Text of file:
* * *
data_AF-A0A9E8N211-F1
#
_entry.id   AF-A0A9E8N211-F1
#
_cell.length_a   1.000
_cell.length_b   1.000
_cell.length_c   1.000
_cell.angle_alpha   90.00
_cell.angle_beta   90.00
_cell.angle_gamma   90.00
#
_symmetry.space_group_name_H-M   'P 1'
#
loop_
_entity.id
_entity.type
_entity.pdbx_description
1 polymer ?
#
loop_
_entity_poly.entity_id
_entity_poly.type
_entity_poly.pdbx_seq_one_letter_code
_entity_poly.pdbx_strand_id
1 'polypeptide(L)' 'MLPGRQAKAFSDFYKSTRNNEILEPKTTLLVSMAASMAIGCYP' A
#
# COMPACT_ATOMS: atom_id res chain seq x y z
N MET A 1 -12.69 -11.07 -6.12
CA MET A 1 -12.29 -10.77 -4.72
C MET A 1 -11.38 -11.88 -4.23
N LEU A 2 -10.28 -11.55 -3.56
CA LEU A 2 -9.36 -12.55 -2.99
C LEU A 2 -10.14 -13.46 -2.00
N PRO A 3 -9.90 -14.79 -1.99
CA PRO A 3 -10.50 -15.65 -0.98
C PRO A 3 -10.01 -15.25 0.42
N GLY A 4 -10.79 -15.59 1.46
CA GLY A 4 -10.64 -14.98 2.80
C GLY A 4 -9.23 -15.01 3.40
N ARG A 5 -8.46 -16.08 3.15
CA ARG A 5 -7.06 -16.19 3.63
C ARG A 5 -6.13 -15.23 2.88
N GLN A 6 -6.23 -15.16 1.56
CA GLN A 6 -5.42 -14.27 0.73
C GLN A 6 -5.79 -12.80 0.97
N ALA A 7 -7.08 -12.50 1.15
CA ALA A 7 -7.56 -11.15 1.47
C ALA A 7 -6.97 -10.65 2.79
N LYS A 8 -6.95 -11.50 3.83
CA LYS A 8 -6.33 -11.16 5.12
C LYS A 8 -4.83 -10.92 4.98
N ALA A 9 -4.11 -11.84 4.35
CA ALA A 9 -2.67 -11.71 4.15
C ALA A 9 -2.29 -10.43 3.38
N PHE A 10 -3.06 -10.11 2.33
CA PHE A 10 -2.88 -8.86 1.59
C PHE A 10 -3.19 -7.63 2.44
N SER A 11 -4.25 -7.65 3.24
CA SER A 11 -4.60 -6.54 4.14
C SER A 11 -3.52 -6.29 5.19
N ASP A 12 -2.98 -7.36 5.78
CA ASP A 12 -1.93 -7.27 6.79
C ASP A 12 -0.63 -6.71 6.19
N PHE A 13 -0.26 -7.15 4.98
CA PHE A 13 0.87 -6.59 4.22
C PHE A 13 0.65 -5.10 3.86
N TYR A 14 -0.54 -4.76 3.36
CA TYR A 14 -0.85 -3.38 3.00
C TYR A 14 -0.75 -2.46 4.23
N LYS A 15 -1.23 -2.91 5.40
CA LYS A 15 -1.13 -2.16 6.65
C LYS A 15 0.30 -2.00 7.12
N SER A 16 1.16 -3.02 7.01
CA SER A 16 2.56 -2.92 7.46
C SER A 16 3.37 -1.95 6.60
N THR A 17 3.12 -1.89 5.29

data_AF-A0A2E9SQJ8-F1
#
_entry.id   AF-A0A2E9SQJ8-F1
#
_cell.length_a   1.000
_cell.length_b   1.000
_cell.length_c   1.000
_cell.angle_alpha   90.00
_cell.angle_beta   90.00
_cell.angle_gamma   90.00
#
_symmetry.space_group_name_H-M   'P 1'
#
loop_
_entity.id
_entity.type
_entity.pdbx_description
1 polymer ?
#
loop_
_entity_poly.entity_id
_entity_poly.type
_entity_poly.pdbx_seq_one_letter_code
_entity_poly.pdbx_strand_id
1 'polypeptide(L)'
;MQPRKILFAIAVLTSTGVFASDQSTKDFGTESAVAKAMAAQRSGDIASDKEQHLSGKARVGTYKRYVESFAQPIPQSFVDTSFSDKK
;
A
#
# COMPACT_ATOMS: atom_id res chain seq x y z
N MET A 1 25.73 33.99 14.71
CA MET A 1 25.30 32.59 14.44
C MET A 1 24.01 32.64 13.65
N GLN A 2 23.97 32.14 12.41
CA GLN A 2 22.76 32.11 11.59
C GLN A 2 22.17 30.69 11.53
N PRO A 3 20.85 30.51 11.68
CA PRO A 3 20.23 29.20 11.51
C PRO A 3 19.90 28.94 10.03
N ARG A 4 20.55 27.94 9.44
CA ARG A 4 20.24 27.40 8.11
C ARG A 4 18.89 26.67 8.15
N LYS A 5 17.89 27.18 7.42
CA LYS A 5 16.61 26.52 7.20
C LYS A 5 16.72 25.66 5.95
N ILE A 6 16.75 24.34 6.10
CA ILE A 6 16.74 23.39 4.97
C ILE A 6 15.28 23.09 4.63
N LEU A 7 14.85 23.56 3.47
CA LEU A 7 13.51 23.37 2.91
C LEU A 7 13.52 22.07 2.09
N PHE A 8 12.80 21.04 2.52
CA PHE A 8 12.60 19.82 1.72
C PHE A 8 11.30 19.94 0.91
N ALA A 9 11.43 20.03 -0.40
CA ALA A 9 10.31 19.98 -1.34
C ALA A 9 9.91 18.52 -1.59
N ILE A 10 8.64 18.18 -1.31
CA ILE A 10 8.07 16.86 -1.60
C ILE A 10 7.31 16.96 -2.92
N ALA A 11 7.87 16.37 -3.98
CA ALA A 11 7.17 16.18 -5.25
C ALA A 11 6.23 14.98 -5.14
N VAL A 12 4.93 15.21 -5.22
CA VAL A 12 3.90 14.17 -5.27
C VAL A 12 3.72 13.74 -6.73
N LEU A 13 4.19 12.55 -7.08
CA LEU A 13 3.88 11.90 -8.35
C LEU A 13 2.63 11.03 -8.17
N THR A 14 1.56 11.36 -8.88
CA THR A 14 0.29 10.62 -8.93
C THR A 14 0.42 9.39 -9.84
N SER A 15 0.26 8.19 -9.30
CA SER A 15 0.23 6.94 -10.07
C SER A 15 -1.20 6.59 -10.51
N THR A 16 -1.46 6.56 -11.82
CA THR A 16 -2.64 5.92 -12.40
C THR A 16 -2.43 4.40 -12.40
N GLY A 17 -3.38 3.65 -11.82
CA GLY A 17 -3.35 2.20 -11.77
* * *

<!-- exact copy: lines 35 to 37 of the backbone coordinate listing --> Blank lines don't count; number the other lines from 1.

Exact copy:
CA PRO A 3 -10.50 -15.65 -0.98
C PRO A 3 -10.01 -15.25 0.42
N GLY A 4 -10.79 -15.59 1.46